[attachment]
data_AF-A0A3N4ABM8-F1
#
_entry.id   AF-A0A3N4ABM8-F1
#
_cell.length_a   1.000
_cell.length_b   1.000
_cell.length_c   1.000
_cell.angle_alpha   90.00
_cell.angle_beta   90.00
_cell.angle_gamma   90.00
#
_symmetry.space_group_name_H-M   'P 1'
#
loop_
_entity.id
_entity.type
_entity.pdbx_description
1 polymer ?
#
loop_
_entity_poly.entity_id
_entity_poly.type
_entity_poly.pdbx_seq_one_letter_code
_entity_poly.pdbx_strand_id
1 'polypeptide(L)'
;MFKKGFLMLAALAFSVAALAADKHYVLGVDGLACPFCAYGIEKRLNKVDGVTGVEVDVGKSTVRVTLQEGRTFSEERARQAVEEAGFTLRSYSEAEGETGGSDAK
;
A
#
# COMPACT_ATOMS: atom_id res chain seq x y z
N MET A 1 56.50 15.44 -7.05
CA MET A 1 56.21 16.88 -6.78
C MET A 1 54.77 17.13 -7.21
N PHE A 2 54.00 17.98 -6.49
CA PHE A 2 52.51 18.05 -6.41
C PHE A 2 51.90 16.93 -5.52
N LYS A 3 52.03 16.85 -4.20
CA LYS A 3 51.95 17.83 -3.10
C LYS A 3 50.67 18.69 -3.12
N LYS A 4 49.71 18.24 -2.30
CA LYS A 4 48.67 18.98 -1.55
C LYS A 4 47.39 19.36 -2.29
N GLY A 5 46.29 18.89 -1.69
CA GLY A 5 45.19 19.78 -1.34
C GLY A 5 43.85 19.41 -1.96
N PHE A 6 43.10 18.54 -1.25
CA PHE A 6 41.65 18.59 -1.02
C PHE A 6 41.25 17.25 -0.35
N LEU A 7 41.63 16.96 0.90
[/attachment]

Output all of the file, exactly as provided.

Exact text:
data_AF-A0A3N4ABM8-F1
#
_entry.id   AF-A0A3N4ABM8-F1
#
_cell.length_a   1.000
_cell.length_b   1.000
_cell.length_c   1.000
_cell.angle_alpha   90.00
_cell.angle_beta   90.00
_cell.angle_gamma   90.00
#
_symmetry.space_group_name_H-M   'P 1'
#
loop_
_entity.id
_entity.type
_entity.pdbx_description
1 polymer ?
#
loop_
_entity_poly.entity_id
_entity_poly.type
_entity_poly.pdbx_seq_one_letter_code
_entity_poly.pdbx_strand_id
1 'polypeptide(L)'
;MFKKGFLMLAALAFSVAALAADKHYVLGVDGLACPFCAYGIEKRLNKVDGVTGVEVDVGKSTVRVTLQEGRTFSEERARQAVEEAGFTLRSYSEAEGETGGSDAK
;
A
#
# COMPACT_ATOMS: atom_id res chain seq x y z
N MET A 1 56.50 15.44 -7.05
CA MET A 1 56.21 16.88 -6.78
C MET A 1 54.77 17.13 -7.21
N PHE A 2 54.00 17.98 -6.49
CA PHE A 2 52.51 18.05 -6.41
C PHE A 2 51.90 16.93 -5.52
N LYS A 3 52.03 16.85 -4.20
CA LYS A 3 51.95 17.83 -3.10
C LYS A 3 50.67 18.69 -3.12
N LYS A 4 49.71 18.24 -2.30
CA LYS A 4 48.67 18.98 -1.55
C LYS A 4 47.39 19.36 -2.29
N GLY A 5 46.29 18.89 -1.69
CA GLY A 5 45.19 19.78 -1.34
C GLY A 5 43.85 19.41 -1.96
N PHE A 6 43.10 18.54 -1.25
CA PHE A 6 41.65 18.59 -1.02
C PHE A 6 41.25 17.25 -0.35
N LEU A 7 41.63 16.96 0.90